Jose Miguel Sokoloff, president, Mullen Lowe Group global creative council, on day three of Ad Stars 2015, spoke on ‘My Time in Advertising’. His agency’s work in Colombia remained the highlight of the session. Citing particular campaigns, Sokoloff took the audience through the possibilities of what could be achieved through advertising – apart it being a tool for hard-selling.
‘Force is a short-term solution’
One of the tactic the agency head advised creatives to do away with was the use of force. He noted, “Force is a short-term solution. Hard sell is not as powerful as soft power. If you use force, you never change anything. If you force somebody to do something, they'll do it just while they're being watched. You have to convince them by being soft, by being intelligent, by being clever. Never by being forceful.”
In support of his line of argument, he cited ‘Nazis against Nazis’ as an example of an initiative that tries to address an issue without being forceful. “This is a case of our agency in Germany. I think it’s one of the most brilliant ways to solve something without using force.”
The takeaway here, he said, was to never underestimate anything or anybody. “Brand, any small brand, could give you a huge surprise and a run for your money. He who has the best idea will win. That is the truth and some of the biggest brands of the world recognise it.”
Another example he cited was of Ducoco, a Brazilian food and beverage manufacturing company, advertising its coconut water product with simplicity and going up against the global soft drink giants in the market.
“This is an idea for Brazil, for a coconut water drink. I think it is brilliant in terms of strategy and it is also great in terms of ideas. It has now become the biggest selling coconut water in Brazil and it will probably be sold to one of the big companies. Because those soft drink companies are scared, because they (Ducoco) had this simple, powerful idea.”
Sokoloff’s session was on 22 August, a day when reports of rising tensions between North and South Korea were being updated by the hour. The news reports to the speaker seemed 'oddly familiar' and he explained why.
“I was trying to understand the news this morning (with what is happening with your neighbors) and it felt strangely familiar -- with reference to situation of Colombia. We need to do something useful with the tools we have. We need to do something to change things. Our first approach was to ask if we can do something about it. Can we do better, use your (Colombian Ministry Of Defence) brand to send a message and stop this civil war? And they said yes,” he explained.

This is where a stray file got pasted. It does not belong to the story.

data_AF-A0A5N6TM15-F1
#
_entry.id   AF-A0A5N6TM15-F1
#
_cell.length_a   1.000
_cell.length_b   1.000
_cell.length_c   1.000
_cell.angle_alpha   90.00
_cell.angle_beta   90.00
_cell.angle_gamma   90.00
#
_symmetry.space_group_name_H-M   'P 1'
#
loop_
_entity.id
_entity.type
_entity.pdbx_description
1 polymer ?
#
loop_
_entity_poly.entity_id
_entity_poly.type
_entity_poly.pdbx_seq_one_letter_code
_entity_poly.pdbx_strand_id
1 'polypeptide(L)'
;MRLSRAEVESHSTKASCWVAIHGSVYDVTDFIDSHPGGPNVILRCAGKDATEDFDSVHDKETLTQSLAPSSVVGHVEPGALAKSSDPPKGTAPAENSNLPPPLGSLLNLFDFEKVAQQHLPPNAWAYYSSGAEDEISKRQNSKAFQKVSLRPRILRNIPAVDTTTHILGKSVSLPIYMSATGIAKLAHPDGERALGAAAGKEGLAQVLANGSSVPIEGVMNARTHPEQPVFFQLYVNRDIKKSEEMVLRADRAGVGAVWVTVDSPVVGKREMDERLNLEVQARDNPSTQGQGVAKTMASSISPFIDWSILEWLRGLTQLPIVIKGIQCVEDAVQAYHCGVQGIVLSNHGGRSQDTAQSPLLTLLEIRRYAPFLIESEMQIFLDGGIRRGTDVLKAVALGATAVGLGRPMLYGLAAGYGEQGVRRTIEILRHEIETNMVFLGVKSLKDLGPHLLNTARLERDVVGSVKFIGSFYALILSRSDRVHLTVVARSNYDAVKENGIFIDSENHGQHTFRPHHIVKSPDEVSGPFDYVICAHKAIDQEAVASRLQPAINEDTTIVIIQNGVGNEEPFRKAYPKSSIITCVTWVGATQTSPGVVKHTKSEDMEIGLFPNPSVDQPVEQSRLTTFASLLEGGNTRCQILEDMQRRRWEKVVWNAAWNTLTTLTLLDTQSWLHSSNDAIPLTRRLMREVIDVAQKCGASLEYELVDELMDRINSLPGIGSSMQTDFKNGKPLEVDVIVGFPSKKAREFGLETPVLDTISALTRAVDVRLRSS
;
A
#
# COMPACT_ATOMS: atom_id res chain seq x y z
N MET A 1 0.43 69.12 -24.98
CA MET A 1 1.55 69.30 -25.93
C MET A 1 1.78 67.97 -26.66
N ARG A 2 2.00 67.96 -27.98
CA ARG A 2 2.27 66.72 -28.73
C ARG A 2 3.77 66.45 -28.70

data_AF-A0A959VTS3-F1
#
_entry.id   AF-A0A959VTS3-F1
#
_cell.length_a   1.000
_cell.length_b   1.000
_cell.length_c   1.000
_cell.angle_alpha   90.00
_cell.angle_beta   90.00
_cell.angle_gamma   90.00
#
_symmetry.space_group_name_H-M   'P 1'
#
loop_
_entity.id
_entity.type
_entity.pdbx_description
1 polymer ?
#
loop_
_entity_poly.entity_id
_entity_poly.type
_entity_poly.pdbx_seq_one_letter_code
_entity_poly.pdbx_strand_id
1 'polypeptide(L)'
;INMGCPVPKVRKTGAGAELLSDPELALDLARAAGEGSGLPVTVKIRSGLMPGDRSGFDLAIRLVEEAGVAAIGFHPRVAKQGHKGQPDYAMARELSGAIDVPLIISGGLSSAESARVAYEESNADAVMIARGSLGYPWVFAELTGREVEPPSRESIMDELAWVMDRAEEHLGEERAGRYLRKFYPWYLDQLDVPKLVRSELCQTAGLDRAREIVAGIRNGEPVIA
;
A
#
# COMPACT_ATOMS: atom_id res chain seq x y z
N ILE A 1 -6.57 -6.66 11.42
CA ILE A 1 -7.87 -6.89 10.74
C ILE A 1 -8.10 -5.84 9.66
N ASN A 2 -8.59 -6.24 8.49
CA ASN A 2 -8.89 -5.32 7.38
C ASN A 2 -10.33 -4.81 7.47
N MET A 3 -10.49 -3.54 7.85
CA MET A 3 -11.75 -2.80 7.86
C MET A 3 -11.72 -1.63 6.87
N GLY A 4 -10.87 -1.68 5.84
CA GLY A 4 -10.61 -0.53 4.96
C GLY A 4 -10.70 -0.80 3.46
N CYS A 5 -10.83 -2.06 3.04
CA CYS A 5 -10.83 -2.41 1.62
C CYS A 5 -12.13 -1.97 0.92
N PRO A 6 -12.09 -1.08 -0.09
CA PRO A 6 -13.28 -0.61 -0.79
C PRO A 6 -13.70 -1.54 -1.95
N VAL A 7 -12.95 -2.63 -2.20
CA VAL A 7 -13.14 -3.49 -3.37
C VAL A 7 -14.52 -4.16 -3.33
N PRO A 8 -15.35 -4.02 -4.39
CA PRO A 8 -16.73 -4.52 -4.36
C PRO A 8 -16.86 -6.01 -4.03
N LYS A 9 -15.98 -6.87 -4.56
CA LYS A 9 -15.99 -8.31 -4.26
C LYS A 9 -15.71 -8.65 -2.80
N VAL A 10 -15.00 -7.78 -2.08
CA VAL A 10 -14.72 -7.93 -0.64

Mullen Lowe’s challenge now to speak on behalf of the Colombian ministry of defence and to the Fuerzas Armadas Revolucionarias de Colombia (FARC).
“The government asked us if we could come up with some communication strategy to try to pull them (insurgents) out of combat and back into civil society,” he recounted.
He mentioned how interactions with demobilised insurgents made them realise that the insurgents felt as much a prisoner of their organisation as the people they held hostage. “They come here looking for greatness and liberation but what they find that at best they do nothing. They can't fall in love, they can’t move, they can't go home, they can't be with family for Christmas. And, Christmas turned out to be one of the fundamental turning points of their mobilisation campaign because for Columbians, Christmas is a time to be with family at home.”
Image courtesy: The Chamber of Commerce Serving Lexington, Rockbridge County, and Buena Vista
The March Against FARC, in 2008, was something of a turning point in the ministry and agency’s efforts to address the issue. “This was a march that was held in Colombia asking FARC to stop fighting and as you can see it was enormous. This is when FARC started to feel that they probably were not as representative of the people’s needs as they told they were and that they probably were not doing as much as they had been led to believe. So, this opened up the opportunity to have a conversation and one of the first big projects was the following.”
Operation Christmas for Colombian Ministry Of Defence
Operation Rivers of Light Colombian Ministry Of Defence
“We got very encouraged to do more things and many things have happened since then. This changed some mindsets. It was not about ‘How are we going to get out?’ but more about ‘When I get out and this war is over will I get to go back home?’, ‘Will I be able to grow?’, ‘Will I be able to be a part of the country?’ And in doing that we looked for mothers of the guerillas to share their stories and pictures of their children in order to try to lead them back home,” elaborated Sokoloff.
The agency’s aim in running the initiative was to show that ‘everything takes time and anything can be done’. “We have the tools to change things and to help resolve conflicts, to help change society, to help achieve peace. Everything I have, I have it because of advertising and I want to give back what I can.”
Sokoloff’s and the agency’s job wasn’t done to just create a campaign to address a rather sensitive issue such as this. At some level, both him and the agency do become the objects of FARC’s radical thoughts.
He surmised, “Since the time I’ve been here (Busan), I have received five or six different messages from the rebellion. Some of them insulting me, some of them calling me a biased counter-insurgent and you know what, I’m not going to stop doing what I am and our agency is not going to stop trying to end the war in Colombia and to find peace. We need to be conscious that everything we do can change the world.”
(The journalist was in Busan on the invitation of Ad Stars and hosted by organisers.)